• approving centres to offer qualifications,
  • communicating with centre staff and the awarding organisation on an ongoing basis
  • completing a report of what was sampled, highlighting any action and improvement points, and judging whether the centre has a low, medium or high risk rating
  • ensuring a centre’s policies, procedures, systems and resources meet awarding organisation, qualification and regulatory requirements
  • ensuring centre staff interpret, understand and consistently apply the correct standards and requirements
  • ensuring centre staff standardise their practice
  • ensuring learners are registered with the awarding organisation within the required timescale (learners who are not registered will not be sampled by the EQA)
  • ensuring the accuracy and consistency of assessor and internal quality assurer decisions
  • giving guidance to centre staff regarding the qualification content and requirements
  • identifying issues and trends, for example, if all assessors are misinterpreting the same aspect of something
  • keeping accurate, full and confidential records
  • monitoring and auditing the full learner journey from commencement to completion e.g. information, advice and guidance (IAG), recruitment, initial assessment, induction, training, formative and summative assessment, decision making, feedback, support for progression opportunities
  • monitoring risk within a centre i.e. when new standards are introduced, or if there is a high staff turnover
  • observing assessment, feedback and IQA practice
  • planning what will be monitored, and communicating this beforehand to all concerned within the awarding organisation’s timescales
  • recommending a sanction if there are problems
  • releasing certification rights (known as direct claims status) when they are performing satisfactorily or recommending removal of direct claims status if necessary
  • sampling assessed and internally quality assured learners’ work (and records) according to a planned strategy, and making decisions based on facts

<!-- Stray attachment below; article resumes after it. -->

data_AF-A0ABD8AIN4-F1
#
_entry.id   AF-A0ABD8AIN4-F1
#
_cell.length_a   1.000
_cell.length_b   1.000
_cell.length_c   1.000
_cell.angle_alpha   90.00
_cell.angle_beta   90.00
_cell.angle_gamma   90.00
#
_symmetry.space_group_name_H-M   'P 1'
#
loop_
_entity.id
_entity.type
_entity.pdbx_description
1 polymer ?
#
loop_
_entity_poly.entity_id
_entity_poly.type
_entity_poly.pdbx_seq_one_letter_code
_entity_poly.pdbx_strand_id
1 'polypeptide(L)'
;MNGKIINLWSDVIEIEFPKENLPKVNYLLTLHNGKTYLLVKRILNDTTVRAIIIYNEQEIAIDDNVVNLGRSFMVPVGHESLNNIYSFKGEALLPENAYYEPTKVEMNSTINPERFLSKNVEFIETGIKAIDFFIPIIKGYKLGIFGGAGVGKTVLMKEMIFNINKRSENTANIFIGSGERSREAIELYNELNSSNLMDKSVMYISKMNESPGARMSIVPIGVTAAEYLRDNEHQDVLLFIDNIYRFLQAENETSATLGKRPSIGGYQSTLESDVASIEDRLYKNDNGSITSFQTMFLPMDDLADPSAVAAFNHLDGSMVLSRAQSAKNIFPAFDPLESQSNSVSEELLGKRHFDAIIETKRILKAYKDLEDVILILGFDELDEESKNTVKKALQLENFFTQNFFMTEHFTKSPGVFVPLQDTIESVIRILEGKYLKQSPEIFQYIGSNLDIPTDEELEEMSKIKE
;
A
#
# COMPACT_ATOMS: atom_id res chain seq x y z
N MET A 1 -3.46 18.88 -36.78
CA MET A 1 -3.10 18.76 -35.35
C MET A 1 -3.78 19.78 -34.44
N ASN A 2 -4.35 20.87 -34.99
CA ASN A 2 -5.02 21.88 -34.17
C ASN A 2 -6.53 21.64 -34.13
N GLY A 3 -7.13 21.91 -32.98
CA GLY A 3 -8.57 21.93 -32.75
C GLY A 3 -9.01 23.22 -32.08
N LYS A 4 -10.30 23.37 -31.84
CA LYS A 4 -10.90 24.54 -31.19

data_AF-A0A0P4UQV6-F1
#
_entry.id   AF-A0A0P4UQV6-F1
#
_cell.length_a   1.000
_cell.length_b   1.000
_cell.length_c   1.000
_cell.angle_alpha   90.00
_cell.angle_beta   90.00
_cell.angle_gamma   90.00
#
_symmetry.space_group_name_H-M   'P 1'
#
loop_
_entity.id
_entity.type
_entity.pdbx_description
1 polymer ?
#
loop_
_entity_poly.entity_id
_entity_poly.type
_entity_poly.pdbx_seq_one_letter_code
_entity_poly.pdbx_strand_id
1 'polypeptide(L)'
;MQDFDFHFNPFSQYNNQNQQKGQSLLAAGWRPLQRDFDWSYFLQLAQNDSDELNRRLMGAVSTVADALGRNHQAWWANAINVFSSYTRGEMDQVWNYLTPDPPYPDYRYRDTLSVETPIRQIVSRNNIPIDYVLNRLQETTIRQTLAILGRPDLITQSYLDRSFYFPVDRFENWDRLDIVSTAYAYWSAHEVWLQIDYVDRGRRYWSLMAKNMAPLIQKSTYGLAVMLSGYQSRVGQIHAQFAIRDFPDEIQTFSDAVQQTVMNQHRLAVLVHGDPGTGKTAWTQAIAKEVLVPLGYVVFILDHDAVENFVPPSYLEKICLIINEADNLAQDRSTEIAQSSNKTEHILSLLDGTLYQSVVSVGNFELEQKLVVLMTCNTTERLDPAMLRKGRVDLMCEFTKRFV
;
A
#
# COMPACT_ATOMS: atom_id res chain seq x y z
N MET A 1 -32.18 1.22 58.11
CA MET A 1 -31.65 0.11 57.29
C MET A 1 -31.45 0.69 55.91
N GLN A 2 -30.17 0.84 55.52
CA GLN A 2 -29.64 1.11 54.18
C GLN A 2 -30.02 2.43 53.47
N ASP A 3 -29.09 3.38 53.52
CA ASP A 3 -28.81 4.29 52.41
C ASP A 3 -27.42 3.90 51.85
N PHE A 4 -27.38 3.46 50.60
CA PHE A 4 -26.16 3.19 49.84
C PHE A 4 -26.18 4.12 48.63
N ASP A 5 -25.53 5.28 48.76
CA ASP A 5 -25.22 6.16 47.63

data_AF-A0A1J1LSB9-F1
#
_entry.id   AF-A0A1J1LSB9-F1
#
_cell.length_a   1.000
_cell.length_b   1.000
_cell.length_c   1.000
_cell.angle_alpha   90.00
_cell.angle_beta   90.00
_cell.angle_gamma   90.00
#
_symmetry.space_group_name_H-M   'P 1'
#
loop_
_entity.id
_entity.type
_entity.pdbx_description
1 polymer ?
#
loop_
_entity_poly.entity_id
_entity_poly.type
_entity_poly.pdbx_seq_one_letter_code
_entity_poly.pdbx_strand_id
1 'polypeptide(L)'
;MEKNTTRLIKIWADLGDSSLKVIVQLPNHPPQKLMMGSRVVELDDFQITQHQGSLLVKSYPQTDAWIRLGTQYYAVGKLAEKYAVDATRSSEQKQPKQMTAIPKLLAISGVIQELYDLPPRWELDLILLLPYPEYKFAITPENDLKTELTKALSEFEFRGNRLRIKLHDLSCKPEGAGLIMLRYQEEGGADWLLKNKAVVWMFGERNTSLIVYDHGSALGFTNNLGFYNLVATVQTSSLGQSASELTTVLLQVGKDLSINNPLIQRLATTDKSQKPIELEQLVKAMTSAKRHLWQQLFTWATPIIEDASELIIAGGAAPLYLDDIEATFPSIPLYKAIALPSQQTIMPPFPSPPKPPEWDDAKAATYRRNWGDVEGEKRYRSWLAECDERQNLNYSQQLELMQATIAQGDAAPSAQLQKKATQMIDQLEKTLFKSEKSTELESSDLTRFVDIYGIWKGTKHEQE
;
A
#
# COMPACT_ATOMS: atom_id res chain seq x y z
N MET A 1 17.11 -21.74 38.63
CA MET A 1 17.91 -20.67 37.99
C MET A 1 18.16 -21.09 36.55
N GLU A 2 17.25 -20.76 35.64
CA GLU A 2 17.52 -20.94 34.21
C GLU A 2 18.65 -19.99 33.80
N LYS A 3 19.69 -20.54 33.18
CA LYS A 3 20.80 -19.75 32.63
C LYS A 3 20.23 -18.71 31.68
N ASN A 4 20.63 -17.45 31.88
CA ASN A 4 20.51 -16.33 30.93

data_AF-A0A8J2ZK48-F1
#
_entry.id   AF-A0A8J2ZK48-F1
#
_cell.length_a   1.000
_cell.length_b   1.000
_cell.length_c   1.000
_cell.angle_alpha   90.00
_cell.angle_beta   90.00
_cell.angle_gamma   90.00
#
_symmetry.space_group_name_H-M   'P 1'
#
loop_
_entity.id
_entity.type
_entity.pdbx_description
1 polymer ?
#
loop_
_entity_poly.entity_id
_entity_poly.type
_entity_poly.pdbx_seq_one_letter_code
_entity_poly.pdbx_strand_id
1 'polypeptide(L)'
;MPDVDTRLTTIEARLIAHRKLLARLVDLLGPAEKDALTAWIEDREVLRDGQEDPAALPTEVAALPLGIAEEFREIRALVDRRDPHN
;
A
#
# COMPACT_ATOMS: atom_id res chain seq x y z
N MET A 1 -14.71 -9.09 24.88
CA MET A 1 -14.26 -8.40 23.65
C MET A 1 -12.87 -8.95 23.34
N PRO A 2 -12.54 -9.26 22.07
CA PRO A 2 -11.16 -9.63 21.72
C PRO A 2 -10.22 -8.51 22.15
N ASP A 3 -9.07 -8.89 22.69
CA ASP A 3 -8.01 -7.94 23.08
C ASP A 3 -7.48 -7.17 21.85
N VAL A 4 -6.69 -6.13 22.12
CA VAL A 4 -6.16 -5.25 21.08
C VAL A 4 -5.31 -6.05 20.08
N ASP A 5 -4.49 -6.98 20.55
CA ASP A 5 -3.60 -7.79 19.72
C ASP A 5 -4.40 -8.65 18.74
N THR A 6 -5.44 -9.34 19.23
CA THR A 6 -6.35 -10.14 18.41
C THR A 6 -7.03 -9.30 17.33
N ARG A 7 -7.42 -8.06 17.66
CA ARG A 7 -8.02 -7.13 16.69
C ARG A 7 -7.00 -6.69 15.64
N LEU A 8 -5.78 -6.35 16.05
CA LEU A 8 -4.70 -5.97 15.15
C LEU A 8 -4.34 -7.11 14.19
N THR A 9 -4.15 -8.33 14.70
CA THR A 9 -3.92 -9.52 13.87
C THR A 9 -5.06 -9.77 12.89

• updating their own continuing professional development (CPD) regarding subject knowledge and EQA practice
  • using technology where relevant, for example, sampling remotely via a virtual learning environment (VLE).

Your learners, when they successfully complete a qualification, will receive a certificate with the awarding organisation’s name on, as well as your centre name. Therefore, the EQA must ensure everything is in order, or their reputation, as well as your centre’s, could be brought into disrepute.

Please remember, an EQA is there to help and support you. Never be afraid of asking them anything, either during their visit, or by getting in touch with them between visits.

If you wish to find out more about the EQAs role, you can take the unit: Understanding the principles and practices of externally assuring the quality of assessment. This is a knowledge based unit for anyone who wishes to know about the theory of external quality assurance. You do not need to carry out any external quality assurance activities to achieve this unit.

Ann Gravells is an author, creator of teacher training resources and an education consultant

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This article is adapted from Achieving Your Assessment and Quality Assurance Units by Ann Gravells

The next article from Ann Gravells will be: Quality assurance in an educational or training establishment.